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US: Housing Starts Increase in August, Recouping Some of Last Month’s Drop

U.S. housing starts rose by 3.9% to 1.615 million (annualized) units in August, after declining by 6.2% in July. This exceeded market expectations for a 1.0% increase. Starts were revised up by 20k in July and 7k in June, reflecting upward revisions to the multifamily segment, as single family starts were revised down in both months.

The increase was a multifamily story, as starts in the single-family segment fell 2.8% (or -31k) to 1.076 million, while starts in the multifamily segment were up 20.6% (or 92k) to 539 thousand.

Permitting activity recorded its second gain in five months, rising 6.0% to 1.728 million. There were permit increases in both market segments, with multifamily permits leading the way. Multifamily permits rose 15.8% to 674k, while the increase in single-family permits to 1.054 million was much more staid at 0.6% (its first increase in five months).

Reversing last month’s pattern, housing starts were up across most regions, with a decline in the West (-21.1%) the only exception. Increases were led by the Northeast (+167.2%), followed by the Midwest (+11.4%) and the South (+1.4%).

Key Implications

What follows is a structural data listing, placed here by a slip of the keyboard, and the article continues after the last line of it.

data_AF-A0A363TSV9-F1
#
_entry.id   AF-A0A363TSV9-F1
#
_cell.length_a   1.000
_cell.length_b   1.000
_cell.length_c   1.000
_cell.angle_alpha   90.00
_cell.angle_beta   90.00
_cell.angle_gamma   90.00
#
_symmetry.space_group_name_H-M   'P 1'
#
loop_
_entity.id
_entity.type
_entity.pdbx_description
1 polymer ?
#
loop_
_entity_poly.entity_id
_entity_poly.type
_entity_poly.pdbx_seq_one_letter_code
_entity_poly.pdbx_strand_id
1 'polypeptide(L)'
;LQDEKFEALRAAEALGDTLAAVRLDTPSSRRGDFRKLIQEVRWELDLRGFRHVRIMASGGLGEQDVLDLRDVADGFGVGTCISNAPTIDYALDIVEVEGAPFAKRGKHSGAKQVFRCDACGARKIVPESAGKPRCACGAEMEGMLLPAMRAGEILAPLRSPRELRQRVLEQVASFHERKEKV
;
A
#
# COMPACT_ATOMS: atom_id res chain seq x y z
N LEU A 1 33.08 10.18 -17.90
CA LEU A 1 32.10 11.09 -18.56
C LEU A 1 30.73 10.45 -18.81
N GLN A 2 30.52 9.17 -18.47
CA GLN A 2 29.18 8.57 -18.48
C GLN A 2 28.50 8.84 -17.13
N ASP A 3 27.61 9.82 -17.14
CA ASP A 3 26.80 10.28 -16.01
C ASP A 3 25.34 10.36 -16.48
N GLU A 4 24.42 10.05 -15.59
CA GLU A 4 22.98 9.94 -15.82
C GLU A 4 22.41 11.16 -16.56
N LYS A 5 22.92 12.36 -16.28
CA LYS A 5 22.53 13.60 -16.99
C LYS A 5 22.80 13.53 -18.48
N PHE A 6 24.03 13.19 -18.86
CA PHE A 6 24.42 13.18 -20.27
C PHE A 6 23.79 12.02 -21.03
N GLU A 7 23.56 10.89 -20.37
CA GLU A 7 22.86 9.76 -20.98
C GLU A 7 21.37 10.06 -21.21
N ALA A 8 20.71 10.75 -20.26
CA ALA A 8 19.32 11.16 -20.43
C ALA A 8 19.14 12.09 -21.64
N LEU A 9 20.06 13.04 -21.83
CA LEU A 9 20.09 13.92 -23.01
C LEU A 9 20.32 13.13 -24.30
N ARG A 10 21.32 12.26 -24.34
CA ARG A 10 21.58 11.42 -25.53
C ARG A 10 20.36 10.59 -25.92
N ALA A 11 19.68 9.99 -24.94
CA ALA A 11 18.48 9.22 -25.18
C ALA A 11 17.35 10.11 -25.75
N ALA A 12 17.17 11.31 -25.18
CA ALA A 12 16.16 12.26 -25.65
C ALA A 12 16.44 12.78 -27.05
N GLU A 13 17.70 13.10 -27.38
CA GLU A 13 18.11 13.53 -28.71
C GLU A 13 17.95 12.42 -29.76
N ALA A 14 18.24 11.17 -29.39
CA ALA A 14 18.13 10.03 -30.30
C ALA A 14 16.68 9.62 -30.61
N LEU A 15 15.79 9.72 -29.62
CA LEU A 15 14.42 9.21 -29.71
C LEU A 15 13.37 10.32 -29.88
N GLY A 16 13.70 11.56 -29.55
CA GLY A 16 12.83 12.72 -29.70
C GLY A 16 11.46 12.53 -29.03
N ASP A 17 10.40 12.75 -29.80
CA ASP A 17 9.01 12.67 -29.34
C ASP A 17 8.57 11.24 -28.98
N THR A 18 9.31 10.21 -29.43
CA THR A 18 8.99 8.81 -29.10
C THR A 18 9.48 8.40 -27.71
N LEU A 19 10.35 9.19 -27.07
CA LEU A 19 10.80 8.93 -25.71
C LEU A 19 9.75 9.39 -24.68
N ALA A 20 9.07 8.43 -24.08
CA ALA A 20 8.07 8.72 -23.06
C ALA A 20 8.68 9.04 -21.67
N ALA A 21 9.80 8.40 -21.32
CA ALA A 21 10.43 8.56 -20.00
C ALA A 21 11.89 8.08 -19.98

The uptick in housing starts is a welcome development in a housing market that has been beleaguered with low inventory, strong demand and rising prices. Further good news is that U.S. home builder sentiment has also come off recent lows, ticking up in September as the recent run-up in some raw material prices has started to abate. The combination bodes well for future home construction activity.

Much of the nascent uptick in starts has been emanating from the multifamily segment, as new construction of the much larger single family segment proceeds in fits and starts. While demand for single family homes remains strong, the lack of available land and some zoning restrictions have prevented builders from meeting it.

All in all, today’s report was a spot of good news for the housing market, as both permits and starts increased. While labor shortages, material costs, and supply-chain disruptions may slow progress, the combination of low borrowing rates and strong demand for more living and work-from-home space, will continue to provide a solid basis of support.